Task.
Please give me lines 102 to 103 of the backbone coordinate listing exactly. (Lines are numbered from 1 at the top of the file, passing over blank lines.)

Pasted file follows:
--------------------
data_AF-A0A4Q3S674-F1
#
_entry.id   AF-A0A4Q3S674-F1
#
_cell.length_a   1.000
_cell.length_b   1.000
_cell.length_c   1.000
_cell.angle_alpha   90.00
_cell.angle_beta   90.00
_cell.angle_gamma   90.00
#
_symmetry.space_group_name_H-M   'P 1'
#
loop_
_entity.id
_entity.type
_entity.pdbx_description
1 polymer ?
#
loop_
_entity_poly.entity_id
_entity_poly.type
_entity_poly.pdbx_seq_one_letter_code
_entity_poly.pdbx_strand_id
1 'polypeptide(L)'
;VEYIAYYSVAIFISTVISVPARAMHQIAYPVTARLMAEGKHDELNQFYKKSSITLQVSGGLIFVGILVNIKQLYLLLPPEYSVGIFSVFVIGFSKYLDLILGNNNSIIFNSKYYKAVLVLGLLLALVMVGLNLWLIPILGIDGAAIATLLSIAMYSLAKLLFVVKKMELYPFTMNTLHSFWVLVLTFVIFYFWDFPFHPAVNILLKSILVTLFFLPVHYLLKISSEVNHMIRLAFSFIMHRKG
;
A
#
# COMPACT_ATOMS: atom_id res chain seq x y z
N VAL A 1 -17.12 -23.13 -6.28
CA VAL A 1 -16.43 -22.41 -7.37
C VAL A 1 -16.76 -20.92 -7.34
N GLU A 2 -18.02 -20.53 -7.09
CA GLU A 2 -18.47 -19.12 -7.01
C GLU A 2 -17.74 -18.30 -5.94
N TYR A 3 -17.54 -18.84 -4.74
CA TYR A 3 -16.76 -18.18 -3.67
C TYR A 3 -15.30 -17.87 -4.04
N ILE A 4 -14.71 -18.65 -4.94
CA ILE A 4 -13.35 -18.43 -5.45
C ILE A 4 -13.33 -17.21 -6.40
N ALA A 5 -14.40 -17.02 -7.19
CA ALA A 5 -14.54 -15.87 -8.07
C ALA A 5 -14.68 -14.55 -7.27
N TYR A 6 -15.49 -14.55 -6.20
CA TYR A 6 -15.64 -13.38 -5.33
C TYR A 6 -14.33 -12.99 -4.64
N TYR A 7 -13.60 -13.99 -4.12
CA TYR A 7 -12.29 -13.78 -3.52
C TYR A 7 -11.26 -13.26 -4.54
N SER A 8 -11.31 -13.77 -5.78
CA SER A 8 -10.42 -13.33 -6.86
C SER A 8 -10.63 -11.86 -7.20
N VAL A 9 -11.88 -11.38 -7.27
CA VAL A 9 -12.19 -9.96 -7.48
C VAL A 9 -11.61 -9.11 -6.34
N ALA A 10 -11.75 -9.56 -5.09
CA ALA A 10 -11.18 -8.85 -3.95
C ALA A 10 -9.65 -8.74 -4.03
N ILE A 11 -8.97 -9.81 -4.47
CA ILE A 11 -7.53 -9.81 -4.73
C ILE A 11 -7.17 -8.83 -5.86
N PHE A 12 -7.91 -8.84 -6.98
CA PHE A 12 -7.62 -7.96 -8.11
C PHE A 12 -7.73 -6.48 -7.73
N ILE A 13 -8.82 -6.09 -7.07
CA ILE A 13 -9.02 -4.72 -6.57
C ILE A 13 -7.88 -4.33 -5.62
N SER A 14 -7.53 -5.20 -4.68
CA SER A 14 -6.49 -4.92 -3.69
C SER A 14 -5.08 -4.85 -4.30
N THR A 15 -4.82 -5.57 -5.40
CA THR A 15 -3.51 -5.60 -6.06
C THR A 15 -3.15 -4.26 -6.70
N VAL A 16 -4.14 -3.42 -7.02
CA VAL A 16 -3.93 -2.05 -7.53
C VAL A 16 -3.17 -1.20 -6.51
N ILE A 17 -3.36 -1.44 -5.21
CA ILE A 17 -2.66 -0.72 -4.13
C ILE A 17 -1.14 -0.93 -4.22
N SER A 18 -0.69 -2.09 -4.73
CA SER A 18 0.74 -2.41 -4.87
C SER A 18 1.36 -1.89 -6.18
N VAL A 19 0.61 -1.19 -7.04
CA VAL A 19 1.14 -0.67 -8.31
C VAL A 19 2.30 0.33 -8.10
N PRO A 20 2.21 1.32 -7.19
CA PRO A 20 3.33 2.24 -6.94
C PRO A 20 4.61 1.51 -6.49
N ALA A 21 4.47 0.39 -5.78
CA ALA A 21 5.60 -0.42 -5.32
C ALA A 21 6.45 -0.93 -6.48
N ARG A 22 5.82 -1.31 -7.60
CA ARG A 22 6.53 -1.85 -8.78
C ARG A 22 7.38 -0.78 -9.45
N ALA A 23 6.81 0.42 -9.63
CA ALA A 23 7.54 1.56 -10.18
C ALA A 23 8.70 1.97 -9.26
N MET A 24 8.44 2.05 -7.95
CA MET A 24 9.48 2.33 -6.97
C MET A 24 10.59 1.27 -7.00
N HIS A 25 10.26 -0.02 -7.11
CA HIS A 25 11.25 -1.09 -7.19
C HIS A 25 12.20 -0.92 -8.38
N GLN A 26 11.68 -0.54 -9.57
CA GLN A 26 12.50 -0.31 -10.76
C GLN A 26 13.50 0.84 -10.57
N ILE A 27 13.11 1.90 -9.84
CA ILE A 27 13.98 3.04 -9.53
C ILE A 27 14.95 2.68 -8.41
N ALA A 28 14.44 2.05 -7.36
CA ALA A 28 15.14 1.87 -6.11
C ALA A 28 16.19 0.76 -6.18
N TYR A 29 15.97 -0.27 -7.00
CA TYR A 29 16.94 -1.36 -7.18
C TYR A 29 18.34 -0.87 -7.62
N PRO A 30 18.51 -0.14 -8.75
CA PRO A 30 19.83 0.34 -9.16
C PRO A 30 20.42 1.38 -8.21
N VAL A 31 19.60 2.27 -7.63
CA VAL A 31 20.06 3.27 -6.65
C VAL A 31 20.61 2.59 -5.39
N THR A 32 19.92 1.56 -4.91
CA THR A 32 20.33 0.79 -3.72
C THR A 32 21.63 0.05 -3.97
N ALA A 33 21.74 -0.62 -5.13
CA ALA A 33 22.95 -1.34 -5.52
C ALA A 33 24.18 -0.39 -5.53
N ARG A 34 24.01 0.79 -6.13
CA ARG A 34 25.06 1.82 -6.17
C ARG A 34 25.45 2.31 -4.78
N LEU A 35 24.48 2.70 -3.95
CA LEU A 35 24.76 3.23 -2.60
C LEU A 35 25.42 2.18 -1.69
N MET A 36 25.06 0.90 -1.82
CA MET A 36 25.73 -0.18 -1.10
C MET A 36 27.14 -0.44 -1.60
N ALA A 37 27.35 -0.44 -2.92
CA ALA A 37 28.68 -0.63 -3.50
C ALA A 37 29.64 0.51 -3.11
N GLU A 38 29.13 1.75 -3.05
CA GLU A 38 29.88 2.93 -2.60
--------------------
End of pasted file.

C MET A 24 10.59 1.27 -7.00
N HIS A 25 10.26 -0.02 -7.11